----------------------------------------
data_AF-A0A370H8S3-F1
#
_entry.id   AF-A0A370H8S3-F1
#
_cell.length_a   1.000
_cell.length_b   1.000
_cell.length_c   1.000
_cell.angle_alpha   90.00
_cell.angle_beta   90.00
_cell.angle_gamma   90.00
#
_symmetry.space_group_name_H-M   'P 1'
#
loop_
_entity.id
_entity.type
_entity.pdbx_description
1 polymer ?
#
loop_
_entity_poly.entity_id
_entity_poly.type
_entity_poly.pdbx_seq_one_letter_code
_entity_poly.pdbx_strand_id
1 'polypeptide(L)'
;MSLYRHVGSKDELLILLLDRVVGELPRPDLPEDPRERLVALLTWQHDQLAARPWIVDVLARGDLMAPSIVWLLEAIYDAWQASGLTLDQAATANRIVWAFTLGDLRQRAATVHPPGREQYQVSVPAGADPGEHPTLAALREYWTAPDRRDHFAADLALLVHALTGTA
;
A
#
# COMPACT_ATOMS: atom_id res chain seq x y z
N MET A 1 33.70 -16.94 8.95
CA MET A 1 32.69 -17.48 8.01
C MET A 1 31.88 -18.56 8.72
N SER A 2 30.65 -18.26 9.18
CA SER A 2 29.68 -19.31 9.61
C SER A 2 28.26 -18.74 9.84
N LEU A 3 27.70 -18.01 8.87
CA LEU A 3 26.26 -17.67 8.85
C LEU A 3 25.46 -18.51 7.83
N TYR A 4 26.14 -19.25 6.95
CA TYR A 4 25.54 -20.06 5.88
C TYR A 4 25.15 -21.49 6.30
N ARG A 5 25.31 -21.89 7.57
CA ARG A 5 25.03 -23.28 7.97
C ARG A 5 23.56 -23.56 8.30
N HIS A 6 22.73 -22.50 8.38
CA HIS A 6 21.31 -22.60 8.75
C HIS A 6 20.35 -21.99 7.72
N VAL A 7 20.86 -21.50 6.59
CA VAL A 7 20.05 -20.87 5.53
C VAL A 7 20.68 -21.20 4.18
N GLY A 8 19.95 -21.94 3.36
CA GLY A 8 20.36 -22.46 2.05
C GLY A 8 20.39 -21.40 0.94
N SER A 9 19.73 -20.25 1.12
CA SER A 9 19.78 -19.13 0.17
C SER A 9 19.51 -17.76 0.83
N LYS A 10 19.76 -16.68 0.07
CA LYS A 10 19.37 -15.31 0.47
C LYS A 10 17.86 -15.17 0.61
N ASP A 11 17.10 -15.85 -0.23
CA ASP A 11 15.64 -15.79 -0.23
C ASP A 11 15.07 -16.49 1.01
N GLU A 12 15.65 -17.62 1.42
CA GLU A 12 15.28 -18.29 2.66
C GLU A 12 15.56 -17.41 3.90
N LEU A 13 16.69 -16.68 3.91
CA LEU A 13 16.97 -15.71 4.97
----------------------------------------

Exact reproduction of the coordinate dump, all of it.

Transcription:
data_AF-A0A370H8S3-F1
#
_entry.id   AF-A0A370H8S3-F1
#
_cell.length_a   1.000
_cell.length_b   1.000
_cell.length_c   1.000
_cell.angle_alpha   90.00
_cell.angle_beta   90.00
_cell.angle_gamma   90.00
#
_symmetry.space_group_name_H-M   'P 1'
#
loop_
_entity.id
_entity.type
_entity.pdbx_description
1 polymer ?
#
loop_
_entity_poly.entity_id
_entity_poly.type
_entity_poly.pdbx_seq_one_letter_code
_entity_poly.pdbx_strand_id
1 'polypeptide(L)'
;MSLYRHVGSKDELLILLLDRVVGELPRPDLPEDPRERLVALLTWQHDQLAARPWIVDVLARGDLMAPSIVWLLEAIYDAWQASGLTLDQAATANRIVWAFTLGDLRQRAATVHPPGREQYQVSVPAGADPGEHPTLAALREYWTAPDRRDHFAADLALLVHALTGTA
;
A
#
# COMPACT_ATOMS: atom_id res chain seq x y z
N MET A 1 33.70 -16.94 8.95
CA MET A 1 32.69 -17.48 8.01
C MET A 1 31.88 -18.56 8.72
N SER A 2 30.65 -18.26 9.18
CA SER A 2 29.68 -19.31 9.61
C SER A 2 28.26 -18.74 9.84
N LEU A 3 27.70 -18.01 8.87
CA LEU A 3 26.26 -17.67 8.85
C LEU A 3 25.46 -18.51 7.83
N TYR A 4 26.14 -19.25 6.95
CA TYR A 4 25.54 -20.06 5.88
C TYR A 4 25.15 -21.49 6.30
N ARG A 5 25.31 -21.89 7.57
CA ARG A 5 25.03 -23.28 7.97
C ARG A 5 23.56 -23.56 8.30
N HIS A 6 22.73 -22.50 8.38
CA HIS A 6 21.31 -22.60 8.75
C HIS A 6 20.35 -21.99 7.72
N VAL A 7 20.86 -21.50 6.59
CA VAL A 7 20.05 -20.87 5.53
C VAL A 7 20.68 -21.20 4.18
N GLY A 8 19.95 -21.94 3.36
CA GLY A 8 20.36 -22.46 2.05
C GLY A 8 20.39 -21.40 0.94
N SER A 9 19.73 -20.25 1.12
CA SER A 9 19.78 -19.13 0.17
C SER A 9 19.51 -17.76 0.83
N LYS A 10 19.76 -16.68 0.07
CA LYS A 10 19.37 -15.31 0.47
C LYS A 10 17.86 -15.17 0.61
N ASP A 11 17.10 -15.85 -0.23
CA ASP A 11 15.64 -15.79 -0.23
C ASP A 11 15.07 -16.49 1.01
N GLU A 12 15.65 -17.62 1.42
CA GLU A 12 15.28 -18.29 2.66
C GLU A 12 15.56 -17.41 3.90
N LEU A 13 16.69 -16.68 3.91
CA LEU A 13 16.97 -15.71 4.97